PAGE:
choice = input("For price press 1, make press 2:")
        #exclusding the pricemenu method and if statement
        if choice == 2:
            shopping.makemenu(self)
        else:
            shopping.menu(self)

class Make:
   
"""This shoppingInstance is what i cant get to work. If i set a variable y = shopping() in the shopping class and use: self.make.Ferrari(y), shopping is undefined in the initial y = statement. Ive also done shoppingInstance=None but cannot reset it in the make class"""
     def __init__(self, shoppingInstance, cartInstance=None):
         self.shopping = shoppingInstance
         self.cart = cartInstance

     def Ferrari(self):
         cars = raw_input("Print stuff")
 
         if cars == 1:
             self.cart.additem('car and price')
         #more of these for each car choice
         
         if cars == 'back':
             self.shopping.makemenu()
         #this above here is the back function i want to work.

#called by:

w = Make()
x = baseprice()

start = shopping(w, x)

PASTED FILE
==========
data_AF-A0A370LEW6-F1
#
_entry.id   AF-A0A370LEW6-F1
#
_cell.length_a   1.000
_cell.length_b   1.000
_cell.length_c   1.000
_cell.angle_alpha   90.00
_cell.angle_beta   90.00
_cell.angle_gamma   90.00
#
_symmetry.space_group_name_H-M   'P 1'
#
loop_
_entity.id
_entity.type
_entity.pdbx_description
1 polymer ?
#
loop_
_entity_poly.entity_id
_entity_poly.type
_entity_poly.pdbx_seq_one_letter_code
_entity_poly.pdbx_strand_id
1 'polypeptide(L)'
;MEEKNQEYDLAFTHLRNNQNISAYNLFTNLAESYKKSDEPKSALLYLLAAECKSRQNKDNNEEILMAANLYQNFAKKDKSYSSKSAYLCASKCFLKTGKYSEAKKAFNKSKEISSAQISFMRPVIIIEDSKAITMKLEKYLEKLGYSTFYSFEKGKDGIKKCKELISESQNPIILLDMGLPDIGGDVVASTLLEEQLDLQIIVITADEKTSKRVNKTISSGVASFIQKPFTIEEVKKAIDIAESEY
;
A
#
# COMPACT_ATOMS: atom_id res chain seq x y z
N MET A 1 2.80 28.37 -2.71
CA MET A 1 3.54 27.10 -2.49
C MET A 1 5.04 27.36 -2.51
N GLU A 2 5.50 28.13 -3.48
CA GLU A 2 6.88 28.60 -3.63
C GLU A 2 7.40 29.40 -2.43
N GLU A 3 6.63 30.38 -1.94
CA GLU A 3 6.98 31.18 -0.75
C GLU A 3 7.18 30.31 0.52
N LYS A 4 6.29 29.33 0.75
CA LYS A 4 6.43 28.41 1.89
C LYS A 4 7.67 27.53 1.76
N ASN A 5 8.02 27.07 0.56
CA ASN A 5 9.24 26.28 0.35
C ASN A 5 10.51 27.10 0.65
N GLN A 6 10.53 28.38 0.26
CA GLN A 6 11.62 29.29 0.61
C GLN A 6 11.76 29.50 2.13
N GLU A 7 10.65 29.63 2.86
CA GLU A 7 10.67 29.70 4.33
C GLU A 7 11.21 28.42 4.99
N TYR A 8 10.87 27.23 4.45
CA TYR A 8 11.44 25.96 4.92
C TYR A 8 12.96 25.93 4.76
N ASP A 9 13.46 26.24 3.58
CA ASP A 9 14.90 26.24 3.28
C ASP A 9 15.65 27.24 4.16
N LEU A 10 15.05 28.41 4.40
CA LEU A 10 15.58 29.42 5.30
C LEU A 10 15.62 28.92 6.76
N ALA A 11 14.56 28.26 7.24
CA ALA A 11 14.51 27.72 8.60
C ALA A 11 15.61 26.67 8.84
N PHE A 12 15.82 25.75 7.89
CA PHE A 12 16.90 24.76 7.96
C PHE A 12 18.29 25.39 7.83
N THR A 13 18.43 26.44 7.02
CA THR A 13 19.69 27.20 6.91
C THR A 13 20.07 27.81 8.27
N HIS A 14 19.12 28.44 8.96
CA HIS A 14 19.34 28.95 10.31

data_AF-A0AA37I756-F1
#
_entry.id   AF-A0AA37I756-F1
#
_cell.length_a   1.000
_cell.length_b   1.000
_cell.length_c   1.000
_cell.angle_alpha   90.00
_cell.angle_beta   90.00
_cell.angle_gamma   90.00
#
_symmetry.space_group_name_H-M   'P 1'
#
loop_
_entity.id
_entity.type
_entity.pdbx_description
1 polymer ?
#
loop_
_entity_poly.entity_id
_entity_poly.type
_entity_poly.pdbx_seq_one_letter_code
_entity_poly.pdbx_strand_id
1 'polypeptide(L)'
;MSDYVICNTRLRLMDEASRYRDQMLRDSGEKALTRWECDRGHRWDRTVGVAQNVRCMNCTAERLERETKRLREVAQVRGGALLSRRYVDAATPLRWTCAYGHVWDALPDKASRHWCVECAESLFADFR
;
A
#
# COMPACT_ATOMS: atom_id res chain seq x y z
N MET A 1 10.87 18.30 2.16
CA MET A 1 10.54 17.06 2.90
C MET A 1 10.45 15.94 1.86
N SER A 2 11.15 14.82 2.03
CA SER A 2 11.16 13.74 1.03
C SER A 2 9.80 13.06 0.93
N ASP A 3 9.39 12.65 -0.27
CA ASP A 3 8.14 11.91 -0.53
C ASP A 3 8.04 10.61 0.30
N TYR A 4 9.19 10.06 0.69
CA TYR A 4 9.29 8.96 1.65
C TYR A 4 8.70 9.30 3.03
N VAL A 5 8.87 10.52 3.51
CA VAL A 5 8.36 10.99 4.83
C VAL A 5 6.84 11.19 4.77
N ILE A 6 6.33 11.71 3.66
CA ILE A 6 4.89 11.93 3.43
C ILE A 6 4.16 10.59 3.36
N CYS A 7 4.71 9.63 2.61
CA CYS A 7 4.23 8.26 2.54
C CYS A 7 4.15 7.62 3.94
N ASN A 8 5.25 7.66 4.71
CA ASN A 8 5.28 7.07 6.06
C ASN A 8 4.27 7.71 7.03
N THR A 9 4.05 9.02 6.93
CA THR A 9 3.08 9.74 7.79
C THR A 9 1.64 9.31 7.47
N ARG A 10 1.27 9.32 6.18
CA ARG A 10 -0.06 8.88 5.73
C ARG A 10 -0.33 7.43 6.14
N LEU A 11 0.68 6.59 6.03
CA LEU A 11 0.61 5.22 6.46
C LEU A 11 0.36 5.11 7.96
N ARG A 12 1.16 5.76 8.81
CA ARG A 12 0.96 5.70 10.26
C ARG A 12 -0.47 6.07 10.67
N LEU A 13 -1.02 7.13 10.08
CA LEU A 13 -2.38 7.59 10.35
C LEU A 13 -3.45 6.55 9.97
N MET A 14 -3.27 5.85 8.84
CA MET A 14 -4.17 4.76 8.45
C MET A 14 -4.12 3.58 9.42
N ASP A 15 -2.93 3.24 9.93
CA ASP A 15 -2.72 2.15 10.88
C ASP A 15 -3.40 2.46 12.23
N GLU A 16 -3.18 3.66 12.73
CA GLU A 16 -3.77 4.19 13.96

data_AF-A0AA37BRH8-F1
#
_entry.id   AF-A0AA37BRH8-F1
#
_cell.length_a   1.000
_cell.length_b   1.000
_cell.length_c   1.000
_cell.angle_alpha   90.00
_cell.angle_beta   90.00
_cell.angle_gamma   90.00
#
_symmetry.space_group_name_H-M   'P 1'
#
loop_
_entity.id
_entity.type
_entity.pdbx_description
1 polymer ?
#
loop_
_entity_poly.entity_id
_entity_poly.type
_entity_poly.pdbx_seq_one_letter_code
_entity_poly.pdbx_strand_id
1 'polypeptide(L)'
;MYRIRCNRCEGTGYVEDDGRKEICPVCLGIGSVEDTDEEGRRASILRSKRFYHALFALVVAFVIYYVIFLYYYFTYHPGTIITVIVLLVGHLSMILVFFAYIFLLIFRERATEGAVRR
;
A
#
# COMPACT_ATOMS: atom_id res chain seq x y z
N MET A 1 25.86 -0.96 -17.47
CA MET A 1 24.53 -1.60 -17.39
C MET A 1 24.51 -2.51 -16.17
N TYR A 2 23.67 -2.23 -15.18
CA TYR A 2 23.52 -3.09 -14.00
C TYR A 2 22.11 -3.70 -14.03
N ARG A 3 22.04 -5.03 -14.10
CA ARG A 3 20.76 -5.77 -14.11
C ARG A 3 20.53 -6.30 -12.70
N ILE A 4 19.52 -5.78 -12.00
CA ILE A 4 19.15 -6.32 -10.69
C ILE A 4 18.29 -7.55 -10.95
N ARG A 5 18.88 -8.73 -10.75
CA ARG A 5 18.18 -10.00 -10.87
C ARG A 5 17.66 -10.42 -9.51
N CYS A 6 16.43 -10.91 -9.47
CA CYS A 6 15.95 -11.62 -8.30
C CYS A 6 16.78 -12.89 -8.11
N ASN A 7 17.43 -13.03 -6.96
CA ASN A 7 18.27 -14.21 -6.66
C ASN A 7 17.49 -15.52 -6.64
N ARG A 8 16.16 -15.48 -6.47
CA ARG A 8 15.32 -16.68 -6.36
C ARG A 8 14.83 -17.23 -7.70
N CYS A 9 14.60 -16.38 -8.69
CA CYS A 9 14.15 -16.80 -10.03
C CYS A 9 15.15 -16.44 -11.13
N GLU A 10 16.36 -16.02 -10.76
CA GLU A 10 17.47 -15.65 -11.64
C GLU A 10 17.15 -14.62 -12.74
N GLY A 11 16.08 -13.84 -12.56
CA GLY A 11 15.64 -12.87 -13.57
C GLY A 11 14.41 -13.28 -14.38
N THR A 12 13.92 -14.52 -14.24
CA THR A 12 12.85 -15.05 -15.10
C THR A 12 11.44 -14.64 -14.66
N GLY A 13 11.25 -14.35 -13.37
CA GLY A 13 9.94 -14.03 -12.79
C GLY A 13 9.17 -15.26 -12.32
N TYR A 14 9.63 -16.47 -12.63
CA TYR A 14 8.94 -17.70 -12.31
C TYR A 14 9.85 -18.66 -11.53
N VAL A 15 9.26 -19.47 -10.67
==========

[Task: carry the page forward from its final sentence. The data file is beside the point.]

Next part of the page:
start.welcome()
start.menu()

#welcome and baseprice menus i omitted

Edited 6 Years Ago by ryan461: n/a

Hmm...
Change all the shopping.????(self) to self.????() And from what I see, your program is impossibly recursive... shopping(Make(shopping( #make instance, then shopping again, etc How are you running it?

EDIT:
Also you are missing some colons and there're some syntax errors.
Just copy and paste the code that you have working in between code tags. It seems like you rewrote it.

Edited 6 Years Ago by jcao219: n/a

Hmm...
Change all the shopping.????(self) to self.????() And from what I see, your program is impossibly recursive... shopping(Make(shopping( #make instance, then shopping again, etc How are you running it?